Mother Jones, The Crazy Story of the Professor Who Came to Stay—And Wouldn't Leave:
It's not easy to evict someone in California. Usually that's a good thing.
Elizabeth Abel walked up to the front door of her house for the first time in four months and rang the bell. She'd just flown halfway around the world to drop in, unannounced, on the man who'd taken over her home.
When he came to the door, Abel says, the man didn't seem surprised to see her—or the police officer standing beside her. "Oh, hi," he said.
Abel peered behind him into her living room, which was practically empty. Most of her furniture was gone: a dining table and four chairs, two easy chairs, an antique piece. Her books and rugs were nowhere to be seen. Even the artwork had been taken off the walls.
As Abel walked around the place she'd called home for three decades, she had the distinct feeling that her life had been erased. In the family room, a small sofa, a table, and a television had been removed. Out on the back deck, the wooden table and benches were missing. The bedrooms were emptied out, her mattresses crammed into the office. Closets were sealed with blue painter's tape. She turned to the man, who had been renting her place for the past several months—without paying. "What is going on here?" she demanded. "What are you doing?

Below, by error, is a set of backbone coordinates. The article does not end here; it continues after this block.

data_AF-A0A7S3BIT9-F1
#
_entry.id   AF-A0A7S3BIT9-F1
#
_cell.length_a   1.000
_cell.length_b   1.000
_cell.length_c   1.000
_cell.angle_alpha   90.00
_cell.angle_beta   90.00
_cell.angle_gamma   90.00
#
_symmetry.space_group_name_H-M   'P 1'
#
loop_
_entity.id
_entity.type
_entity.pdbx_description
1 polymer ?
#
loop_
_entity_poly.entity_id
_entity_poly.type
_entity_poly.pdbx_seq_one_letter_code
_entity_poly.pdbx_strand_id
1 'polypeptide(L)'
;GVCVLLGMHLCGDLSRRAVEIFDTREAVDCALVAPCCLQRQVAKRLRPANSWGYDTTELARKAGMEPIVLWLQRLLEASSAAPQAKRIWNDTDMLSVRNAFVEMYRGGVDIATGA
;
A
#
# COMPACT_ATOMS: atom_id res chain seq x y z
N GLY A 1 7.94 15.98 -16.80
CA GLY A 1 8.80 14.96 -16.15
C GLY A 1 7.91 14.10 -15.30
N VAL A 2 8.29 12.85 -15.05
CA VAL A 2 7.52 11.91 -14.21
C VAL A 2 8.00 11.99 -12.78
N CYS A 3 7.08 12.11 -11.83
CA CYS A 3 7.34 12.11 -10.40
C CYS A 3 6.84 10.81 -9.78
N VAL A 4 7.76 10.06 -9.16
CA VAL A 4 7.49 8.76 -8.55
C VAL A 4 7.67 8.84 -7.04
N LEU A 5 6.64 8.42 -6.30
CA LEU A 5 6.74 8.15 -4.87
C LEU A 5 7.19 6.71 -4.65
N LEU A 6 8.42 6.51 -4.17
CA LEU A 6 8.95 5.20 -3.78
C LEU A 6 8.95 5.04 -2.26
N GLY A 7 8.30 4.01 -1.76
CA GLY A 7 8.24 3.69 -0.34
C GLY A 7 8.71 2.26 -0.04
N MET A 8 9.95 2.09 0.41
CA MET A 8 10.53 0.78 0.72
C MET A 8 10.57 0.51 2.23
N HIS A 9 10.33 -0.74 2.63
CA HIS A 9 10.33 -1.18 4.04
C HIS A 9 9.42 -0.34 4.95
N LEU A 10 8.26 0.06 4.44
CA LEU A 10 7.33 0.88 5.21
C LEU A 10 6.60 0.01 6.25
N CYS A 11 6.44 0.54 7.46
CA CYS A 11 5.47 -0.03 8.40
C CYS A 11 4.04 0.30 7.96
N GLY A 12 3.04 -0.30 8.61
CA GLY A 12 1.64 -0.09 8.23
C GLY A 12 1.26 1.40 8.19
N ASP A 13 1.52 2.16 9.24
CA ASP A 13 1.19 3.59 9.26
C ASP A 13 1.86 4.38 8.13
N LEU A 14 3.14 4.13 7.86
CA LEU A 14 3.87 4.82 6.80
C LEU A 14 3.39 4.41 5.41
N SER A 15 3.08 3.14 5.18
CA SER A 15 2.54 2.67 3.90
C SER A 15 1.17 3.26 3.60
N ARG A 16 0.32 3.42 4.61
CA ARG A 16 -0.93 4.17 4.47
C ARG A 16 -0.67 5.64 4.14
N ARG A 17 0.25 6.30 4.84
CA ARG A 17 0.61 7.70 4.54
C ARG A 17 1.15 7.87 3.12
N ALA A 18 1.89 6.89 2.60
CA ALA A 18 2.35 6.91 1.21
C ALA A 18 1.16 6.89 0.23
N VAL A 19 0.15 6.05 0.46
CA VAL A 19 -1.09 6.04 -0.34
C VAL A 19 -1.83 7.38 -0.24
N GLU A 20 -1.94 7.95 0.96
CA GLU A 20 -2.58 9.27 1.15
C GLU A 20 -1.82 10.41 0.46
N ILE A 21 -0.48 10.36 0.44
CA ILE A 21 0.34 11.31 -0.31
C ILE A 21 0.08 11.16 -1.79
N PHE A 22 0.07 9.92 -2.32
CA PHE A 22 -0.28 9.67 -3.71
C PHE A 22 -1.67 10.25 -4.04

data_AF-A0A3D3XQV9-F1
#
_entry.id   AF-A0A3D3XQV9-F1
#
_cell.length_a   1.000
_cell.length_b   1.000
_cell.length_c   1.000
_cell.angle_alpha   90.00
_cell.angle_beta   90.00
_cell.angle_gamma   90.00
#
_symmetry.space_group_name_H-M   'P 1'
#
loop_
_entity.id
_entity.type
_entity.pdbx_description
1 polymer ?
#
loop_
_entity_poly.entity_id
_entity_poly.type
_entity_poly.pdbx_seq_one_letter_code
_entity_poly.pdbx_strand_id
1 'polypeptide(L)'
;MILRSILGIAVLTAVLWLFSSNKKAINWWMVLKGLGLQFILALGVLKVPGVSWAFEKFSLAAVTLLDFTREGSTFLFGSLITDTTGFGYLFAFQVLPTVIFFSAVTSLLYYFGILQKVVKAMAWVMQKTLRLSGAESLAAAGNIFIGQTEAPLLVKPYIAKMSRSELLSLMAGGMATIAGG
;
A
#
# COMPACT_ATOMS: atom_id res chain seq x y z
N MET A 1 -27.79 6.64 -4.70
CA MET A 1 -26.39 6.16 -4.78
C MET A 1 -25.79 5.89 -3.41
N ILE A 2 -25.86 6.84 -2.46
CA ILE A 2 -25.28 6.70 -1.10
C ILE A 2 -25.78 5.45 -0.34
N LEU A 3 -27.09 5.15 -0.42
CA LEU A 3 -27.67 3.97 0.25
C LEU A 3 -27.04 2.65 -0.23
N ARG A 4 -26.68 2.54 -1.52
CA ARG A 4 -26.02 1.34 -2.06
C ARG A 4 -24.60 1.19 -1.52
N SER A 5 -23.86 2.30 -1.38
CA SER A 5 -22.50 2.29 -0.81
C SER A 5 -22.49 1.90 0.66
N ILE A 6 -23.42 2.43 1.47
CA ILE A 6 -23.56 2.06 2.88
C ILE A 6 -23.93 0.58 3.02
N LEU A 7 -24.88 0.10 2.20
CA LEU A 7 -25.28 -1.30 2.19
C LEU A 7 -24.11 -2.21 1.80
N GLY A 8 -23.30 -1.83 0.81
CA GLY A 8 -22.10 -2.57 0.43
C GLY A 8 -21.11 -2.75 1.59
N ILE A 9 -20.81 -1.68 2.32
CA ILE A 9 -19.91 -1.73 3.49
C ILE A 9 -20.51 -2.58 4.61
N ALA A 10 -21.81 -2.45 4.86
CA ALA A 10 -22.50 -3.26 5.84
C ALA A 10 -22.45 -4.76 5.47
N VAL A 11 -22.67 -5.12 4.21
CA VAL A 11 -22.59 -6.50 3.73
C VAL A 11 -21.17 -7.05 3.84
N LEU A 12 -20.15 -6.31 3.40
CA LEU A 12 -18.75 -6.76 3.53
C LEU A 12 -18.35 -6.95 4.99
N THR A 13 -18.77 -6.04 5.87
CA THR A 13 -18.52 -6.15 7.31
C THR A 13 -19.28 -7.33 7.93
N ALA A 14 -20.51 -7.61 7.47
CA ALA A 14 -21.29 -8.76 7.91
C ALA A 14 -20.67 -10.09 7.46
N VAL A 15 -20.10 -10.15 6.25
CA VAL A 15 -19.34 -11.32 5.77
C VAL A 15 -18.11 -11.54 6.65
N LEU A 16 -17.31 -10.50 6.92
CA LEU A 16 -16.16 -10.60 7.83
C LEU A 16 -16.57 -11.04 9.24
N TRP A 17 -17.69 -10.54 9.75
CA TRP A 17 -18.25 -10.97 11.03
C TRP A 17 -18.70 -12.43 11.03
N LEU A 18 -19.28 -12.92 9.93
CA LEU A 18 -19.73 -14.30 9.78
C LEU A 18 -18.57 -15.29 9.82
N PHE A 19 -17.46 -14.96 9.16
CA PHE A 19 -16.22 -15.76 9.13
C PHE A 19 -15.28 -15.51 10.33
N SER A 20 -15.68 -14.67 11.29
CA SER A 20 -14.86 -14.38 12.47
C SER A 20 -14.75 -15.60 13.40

In October 2015, as she was planning a semester-long research trip to Paris, Abel logged on to SabbaticalHomes.com to find someone to rent her house. The site bills itself as a sort of Airbnb for academics; its motto is "A place for minds on the move." Abel, an English professor at the University of California-Berkeley, quickly received a bunch of responses, the first of which came from a political scientist at Sarah Lawrence College named David Peritz. ...
Abel, now 71, didn't feel much of a connection with Peritz, two decades her junior. Still, she thought to herself, "Oh, come on. He's a professor." She found him polite and gracious, and she didn't bother asking for references, let alone do a background check. She didn't notice until much later that his personal checks lacked a home address. Why would she? That was precisely the point of Sabbatical Homes; unlike Craigslist or Airbnb, it was opening your home not to random people, but to colleagues. (As the site's founder put it in a press release, "There is an implicit degree of trust amongst academics.") When Abel discussed her would-be renter with her husband, a professor of molecular genetics and microbiology who spends most of the year at the University of Texas-Austin, she didn't mention any misgivings.
So in January 2016, Abel headed to the Latin Quarter to work on a new book on Virginia Woolf, and Peritz moved into her home.
December 30, 2016 | Permalink
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